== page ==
St. Paul reminds us that even in this life believers are already being transformed into the image of Christ.  "All of us, gazing with unveiled face on the glory of the Lord, are being transformed into the same image from glory to glory as from the Lord who is Spirit" (2Cor 3:18).  This transformation affects not only our souls but also our bodies.  "...we groan within ourselves as we wait for adoption, the redemption of our bodies" (Rom 8:23).  Our bodies will be conformed to the body of Christ.  "He will change our lowly body to conform with his glorious body by the power that enables Him also to bring all things into subjection to Himself" (Phil 3:21).  This transformation results from Jesus' victory over the power of sin and death in His own death and Resurrection.

            The opening prayer for the August 15 Eucharistic Liturgy asks that "always attentive to the things that are above, we may merit to be sharers of her glory."  Living in tune with God as Mary did, we will also undergo the transformation of both our souls and our bodies. 

            The post communion prayer requests that "through the intercession of the Blessed Virgin Mary, whom you assumed into heaven, we may be brought to the glory of the Resurrection."

            When celebrating the Solemnity of Mary's Assumption in 2010 Pope Benedict XVI offered this clear description in his homily.  "...the Mother of God is inserted to such a degree in the mystery of Christ that she shares in the resurrection of her Son with her whole being already at the end her life, she lives what we hope for at the end of time...."  

            While admiring Mary in her glorious destiny, we are invited to recognize that the loving Lord has willed for our final destiny to live through faith in perfect union with him. 

            Our predecessors in faith professed their firm hope in "the resurrection of the body" in the Apostles Creed and in the Nicene Creed.  We rarely think about the resurrection of our bodies.  Yet this article of faith greatly encourages us, comforts us at the death of loved ones, and raises our awareness of the value of our bodies.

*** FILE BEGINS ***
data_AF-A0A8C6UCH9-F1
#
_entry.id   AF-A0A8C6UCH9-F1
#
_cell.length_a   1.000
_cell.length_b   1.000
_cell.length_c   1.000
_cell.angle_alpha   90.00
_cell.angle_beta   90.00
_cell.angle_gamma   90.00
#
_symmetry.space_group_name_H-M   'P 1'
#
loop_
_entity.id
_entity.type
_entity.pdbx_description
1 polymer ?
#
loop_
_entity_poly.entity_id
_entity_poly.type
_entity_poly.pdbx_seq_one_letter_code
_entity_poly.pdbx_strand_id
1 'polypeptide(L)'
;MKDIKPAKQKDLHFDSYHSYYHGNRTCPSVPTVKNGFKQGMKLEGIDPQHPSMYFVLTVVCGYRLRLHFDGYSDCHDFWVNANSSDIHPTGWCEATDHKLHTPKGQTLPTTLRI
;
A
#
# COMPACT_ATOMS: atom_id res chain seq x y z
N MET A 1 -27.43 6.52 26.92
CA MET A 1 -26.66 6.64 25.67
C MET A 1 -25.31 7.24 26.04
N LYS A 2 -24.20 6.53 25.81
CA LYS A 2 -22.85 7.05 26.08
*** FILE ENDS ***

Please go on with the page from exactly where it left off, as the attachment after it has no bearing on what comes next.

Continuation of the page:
The Assumption of Mary vividly reminds us that our lives have a special destiny with God.

Saturday, July 30, 2016

Holy Hour of Adoration to celebrate the opening of ​the 100th Anniversary of the Miracle of the Sun at Fatima within the Extraordinary Jubilee Year of Mercy.

In anticipation of the 100th Anniversary of Fatima next year, the is a call for parishes to hold a holy hour of adoration on October 13th, 2016. For more information please visit: Solidarity in Prayer

Friday, July 29, 2016

Meatless Friday Meal - Succotash

This version of succotash is made with Edamame, (soy bean) instead of the traditional Lima Beans.


1 large green pepper (or any other color sweet pepper), diced evenly.
Kernels of two large fresh corn on the cob
1 package of frozen Edamame, cooked according to package direction.  Drain, cool and remove from pods
Salt and pepper to taste
1 tablespoon butter

Melt the butter in a large cast iron skillet.  Add all ingredients and fry on medium high heat for approximately 3 to 5 minutes or until some of the vegetables start to brown.  Salt and pepper to taste.

Serves two or three.  This recipe can be doubled.